In today’s business environment, there’s no such thing as “steady state”. Getting accustomed to making change happen quickly is an integral part of building and leading an effective organization. Whether responding to customer demands, making course corrections when a strategy is running off the rails, or quickly integrating a new product or service line when the perfect opportunity drops in your lap, organizations need to change fast.
When it comes to organizational change, there are some things that leaders should know, and some common misconceptions that should be dispelled. Here’s what you should believe, and what you should not believe.
BELIEVE: Organizational changes happen when individuals within the organization change. Organizations are essentially groups of individuals. New processes, structures and rules can be put in place, but if people are not committed to new ways of thinking and acting, the changes are not likely to be successful.
BELIEVE: The human reactions that occur during any given change are at least as important as any other aspect of implementing change. People naturally and inevitably react emotionally when we ask them to think and act in new ways. The behavior of the people who make the organization work changes as individuals move through their individual transition process and develop commitment.
BELIEVE: The more involved people are in a change, the less negative their inevitable reactions will be. People naturally support what they help create.
BELIEVE: The emotional response people will have to a change intensifies as the speed of change increases. If you want change to happen fast, you can expect there to be stronger resistance than if you are on a “we’ll get to it when we get to it” timeline.
BELIEVE: The longer a group, individual, or situation has remained static, the greater the investment in the status quo and the greater the resistance to change. The fact that people are proud of what they do and how they do it is a great thing – except when you want to change it.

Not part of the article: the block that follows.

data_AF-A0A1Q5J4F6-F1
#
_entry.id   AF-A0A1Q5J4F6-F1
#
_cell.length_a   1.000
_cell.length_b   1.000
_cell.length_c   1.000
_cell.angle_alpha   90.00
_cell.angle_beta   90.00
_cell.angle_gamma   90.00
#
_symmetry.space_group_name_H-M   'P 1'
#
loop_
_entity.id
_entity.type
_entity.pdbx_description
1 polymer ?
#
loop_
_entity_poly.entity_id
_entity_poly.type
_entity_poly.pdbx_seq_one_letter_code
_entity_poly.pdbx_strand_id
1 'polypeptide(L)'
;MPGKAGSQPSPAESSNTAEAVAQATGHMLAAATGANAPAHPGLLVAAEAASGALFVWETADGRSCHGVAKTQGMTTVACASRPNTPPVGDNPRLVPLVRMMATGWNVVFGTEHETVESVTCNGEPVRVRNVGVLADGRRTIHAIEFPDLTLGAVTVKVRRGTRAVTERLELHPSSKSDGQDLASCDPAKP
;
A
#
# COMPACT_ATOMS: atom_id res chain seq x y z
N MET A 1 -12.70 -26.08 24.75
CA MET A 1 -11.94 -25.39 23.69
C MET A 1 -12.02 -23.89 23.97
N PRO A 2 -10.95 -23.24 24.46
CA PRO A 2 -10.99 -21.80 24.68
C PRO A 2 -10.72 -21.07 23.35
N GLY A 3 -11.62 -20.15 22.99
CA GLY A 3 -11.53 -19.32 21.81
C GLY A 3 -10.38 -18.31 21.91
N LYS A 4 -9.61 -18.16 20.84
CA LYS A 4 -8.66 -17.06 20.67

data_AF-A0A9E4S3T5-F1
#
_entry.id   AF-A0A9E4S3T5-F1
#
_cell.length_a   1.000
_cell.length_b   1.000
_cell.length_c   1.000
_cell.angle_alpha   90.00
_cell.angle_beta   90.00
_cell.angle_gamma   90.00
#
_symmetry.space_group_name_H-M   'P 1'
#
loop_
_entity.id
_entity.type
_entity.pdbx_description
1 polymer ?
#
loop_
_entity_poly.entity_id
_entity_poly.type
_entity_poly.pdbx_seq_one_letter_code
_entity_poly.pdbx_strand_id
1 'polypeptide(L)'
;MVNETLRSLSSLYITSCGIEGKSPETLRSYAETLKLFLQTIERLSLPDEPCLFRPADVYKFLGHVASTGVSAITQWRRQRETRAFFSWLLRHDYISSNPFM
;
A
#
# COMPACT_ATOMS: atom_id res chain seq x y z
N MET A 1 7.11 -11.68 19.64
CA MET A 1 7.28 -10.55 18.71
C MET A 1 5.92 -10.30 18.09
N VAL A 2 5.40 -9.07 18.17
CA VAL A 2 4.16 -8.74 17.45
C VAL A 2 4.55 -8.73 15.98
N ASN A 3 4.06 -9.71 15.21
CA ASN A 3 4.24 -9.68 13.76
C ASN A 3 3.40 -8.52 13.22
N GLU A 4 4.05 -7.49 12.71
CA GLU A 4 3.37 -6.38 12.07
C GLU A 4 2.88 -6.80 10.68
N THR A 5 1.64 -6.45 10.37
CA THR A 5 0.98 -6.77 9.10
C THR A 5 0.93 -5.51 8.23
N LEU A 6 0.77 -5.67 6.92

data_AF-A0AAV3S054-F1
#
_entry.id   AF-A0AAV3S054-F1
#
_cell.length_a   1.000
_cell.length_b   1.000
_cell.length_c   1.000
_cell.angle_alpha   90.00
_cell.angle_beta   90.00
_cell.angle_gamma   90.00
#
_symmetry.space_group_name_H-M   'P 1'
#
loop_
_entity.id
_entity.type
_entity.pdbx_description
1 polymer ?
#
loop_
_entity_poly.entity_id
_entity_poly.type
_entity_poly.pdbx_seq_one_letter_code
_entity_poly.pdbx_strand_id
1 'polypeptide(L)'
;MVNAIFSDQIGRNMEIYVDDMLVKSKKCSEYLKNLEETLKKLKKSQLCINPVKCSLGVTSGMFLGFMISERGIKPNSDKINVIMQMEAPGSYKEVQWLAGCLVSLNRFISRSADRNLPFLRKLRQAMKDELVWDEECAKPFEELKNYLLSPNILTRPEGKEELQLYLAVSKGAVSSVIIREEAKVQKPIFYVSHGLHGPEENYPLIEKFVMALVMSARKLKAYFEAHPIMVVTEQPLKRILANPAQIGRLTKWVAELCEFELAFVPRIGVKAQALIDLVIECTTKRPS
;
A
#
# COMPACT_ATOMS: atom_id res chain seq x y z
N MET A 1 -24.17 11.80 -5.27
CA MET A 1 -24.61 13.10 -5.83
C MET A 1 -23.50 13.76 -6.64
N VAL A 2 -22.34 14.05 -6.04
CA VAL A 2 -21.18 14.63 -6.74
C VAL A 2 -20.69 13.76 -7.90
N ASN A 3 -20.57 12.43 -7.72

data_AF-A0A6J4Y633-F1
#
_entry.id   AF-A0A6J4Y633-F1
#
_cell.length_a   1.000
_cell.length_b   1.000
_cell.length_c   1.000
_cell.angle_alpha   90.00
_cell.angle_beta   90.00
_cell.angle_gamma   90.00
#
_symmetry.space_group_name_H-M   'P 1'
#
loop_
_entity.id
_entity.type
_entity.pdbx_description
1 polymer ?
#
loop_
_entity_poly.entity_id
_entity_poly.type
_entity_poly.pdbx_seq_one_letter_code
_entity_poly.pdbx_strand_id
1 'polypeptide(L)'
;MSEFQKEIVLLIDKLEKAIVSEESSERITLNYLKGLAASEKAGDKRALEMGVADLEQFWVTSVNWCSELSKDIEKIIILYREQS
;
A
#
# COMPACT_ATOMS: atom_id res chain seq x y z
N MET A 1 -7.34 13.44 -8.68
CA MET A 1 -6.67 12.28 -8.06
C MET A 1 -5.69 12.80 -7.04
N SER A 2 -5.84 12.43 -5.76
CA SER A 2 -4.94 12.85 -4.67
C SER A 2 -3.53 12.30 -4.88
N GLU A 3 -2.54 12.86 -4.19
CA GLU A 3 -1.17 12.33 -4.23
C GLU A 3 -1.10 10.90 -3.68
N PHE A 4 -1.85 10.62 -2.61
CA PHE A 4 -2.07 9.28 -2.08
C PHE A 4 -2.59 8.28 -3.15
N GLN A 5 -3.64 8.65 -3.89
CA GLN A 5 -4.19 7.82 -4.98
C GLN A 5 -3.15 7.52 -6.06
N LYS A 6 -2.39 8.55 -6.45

While there are basic truths that leaders should believe about change, there are also some little-white-lies about change that they should not believe.
NOT BELIEVE: Time takes care of everything. People are able to think and act in new ways by moving through the human process of transition and developing commitment – not through sitting and waiting. Without intervention, that process can take weeks, months, years, or may never fully happen. (William Bridges, Managing Transitions, 1991 & 2003 William Bridges and Associates)
NOT BELIEVE: Everyone who isn’t on board with a change has something wrong with them. New neuroscience research confirms that it takes more physical energy to do new things than it does to do things the same old way. And the natural human reaction is to conserve that physical energy. Resistance is a natural response to change. (Rock and Schwartz, “The Neuroscience of Leadership”, Strategy + Business, Issue 43)
NOT BELIEVE: The reasons for the change will be seen in a rational manner and will therefore be easy for people to go along with. People are not singularly rational beings. There is an emotional connection that people need to make to really commit to the new way. (Lee Colan, Passionate Performance, 2004 Cornerstone Leadership)
NOT BELIEVE: If communication is done “right” the first time, it is enough. People generally need to “hear” a message anywhere from eight to ten times to really get it. And “right” is different during a change process for each person. While there are times that a company-wide meeting and presentation is what people need, there are also times when they need a one-on-one conversation with a boss or a roundtable conversation with peers.
NOT BELIEVE: Change happens at or on a scheduled discrete event. While new processes, structures or rules can be scheduled to start or take place on a specific date, people travel through their individual transition over some period of time.
Based on the facts and the fiction, it may seem that we should all throw our hands up and go home. But luckily there are proven ways to manage change that can deal with the challenges that are presented with changing organizations.
According to a recent study by Prosci, the most important element of effective organization change is having effective and engaged sponsors. Second is effective communication and third is involvement by employees. Next, the fourth critical success factor for effective change is the use of a common easy-to-use methodology and language around change. And rounding out the top five is the use of easy-to-use and well organized tools that support the application of change management. (“Enterprise Change Management” Prosci Research, 2006)